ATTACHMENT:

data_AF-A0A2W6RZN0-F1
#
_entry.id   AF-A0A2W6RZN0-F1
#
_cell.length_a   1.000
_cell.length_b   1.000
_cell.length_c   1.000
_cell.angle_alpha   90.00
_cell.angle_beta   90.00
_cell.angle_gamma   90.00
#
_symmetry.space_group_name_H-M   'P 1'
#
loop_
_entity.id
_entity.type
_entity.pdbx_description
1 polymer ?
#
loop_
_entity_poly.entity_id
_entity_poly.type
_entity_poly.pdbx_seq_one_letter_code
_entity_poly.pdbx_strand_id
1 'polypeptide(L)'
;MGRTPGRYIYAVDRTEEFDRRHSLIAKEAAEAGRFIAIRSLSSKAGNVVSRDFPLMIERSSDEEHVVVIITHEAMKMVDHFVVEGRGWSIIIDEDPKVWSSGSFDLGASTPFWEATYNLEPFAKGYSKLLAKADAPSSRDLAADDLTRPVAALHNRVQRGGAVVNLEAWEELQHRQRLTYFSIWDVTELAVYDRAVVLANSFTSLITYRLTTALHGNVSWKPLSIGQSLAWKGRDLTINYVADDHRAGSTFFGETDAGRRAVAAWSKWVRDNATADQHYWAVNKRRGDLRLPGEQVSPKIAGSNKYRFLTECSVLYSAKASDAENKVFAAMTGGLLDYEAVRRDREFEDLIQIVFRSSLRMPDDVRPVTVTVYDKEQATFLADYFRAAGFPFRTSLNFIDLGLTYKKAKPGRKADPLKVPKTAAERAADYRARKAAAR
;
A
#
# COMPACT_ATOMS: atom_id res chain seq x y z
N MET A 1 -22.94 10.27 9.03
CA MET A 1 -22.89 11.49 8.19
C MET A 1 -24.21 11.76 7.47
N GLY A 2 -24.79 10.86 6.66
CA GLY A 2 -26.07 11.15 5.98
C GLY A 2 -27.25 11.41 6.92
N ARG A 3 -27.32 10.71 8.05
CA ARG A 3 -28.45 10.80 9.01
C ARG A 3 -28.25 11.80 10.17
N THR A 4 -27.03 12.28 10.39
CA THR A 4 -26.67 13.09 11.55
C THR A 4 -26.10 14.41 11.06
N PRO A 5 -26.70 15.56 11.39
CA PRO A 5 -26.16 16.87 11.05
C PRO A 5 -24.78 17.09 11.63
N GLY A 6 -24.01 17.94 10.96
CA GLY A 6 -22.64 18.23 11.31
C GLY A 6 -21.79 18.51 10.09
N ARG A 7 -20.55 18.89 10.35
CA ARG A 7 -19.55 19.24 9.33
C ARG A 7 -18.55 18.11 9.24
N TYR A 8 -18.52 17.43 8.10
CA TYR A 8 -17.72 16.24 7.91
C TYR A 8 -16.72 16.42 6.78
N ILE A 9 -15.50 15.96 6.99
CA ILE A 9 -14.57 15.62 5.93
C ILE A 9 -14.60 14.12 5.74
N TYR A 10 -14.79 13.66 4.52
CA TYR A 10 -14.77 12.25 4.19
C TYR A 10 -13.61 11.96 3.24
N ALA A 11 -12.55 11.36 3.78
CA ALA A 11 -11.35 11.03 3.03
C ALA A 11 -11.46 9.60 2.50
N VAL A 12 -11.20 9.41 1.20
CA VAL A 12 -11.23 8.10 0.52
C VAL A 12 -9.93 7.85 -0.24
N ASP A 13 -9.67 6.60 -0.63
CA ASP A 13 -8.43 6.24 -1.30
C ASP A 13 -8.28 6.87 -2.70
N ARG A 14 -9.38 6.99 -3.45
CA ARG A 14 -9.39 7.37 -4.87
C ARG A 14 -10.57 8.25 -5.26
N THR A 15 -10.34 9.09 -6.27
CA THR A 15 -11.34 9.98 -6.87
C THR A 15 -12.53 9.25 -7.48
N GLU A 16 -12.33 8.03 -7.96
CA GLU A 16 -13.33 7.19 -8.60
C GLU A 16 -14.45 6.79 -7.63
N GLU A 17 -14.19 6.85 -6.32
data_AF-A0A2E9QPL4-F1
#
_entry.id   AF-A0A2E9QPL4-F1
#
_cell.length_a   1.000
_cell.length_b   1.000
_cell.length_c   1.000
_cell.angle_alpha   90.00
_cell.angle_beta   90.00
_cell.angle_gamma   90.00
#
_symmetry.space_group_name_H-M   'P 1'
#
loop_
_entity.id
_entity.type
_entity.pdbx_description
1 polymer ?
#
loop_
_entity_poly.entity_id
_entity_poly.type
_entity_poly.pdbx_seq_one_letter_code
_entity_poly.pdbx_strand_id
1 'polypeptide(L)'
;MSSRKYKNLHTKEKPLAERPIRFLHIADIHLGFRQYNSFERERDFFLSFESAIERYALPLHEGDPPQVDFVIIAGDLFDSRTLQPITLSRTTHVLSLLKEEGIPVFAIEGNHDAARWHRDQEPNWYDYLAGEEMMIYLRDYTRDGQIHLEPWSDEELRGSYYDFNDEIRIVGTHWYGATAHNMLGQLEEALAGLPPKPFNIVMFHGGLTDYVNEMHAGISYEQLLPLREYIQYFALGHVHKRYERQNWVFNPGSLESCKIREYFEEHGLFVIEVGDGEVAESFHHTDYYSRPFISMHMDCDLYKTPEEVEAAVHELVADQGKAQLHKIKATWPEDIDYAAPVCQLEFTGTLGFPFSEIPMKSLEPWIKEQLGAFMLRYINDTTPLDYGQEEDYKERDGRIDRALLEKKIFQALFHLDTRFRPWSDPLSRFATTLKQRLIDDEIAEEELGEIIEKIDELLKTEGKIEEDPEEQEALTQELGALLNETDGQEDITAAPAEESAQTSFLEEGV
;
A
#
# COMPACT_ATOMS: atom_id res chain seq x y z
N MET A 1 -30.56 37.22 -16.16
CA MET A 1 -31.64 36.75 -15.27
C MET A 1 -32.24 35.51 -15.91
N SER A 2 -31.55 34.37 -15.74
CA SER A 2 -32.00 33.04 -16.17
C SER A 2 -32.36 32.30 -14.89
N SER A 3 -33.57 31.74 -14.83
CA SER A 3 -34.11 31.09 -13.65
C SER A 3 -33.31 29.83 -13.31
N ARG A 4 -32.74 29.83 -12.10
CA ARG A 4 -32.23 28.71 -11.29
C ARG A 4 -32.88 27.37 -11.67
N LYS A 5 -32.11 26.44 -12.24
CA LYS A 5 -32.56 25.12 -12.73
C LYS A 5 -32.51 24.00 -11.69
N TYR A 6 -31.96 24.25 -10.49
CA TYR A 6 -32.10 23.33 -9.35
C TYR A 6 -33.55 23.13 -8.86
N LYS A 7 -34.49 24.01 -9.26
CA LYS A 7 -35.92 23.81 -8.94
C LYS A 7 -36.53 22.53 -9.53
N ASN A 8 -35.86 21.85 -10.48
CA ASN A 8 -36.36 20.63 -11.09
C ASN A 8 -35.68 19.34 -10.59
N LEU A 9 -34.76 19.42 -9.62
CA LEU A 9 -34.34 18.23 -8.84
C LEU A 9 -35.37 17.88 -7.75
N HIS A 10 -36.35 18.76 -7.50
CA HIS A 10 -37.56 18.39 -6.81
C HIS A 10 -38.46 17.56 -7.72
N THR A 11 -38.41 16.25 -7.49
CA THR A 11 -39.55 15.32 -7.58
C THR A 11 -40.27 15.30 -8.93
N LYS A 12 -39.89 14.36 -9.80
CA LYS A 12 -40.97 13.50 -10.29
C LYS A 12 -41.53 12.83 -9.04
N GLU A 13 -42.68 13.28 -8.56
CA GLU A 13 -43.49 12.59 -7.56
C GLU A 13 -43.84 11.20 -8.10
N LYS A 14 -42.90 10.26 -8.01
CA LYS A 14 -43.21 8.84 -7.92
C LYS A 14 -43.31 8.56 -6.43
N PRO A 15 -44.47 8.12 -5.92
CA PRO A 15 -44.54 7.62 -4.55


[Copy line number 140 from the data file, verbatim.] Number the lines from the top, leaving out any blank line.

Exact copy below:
N THR A 11 -38.41 16.25 -7.49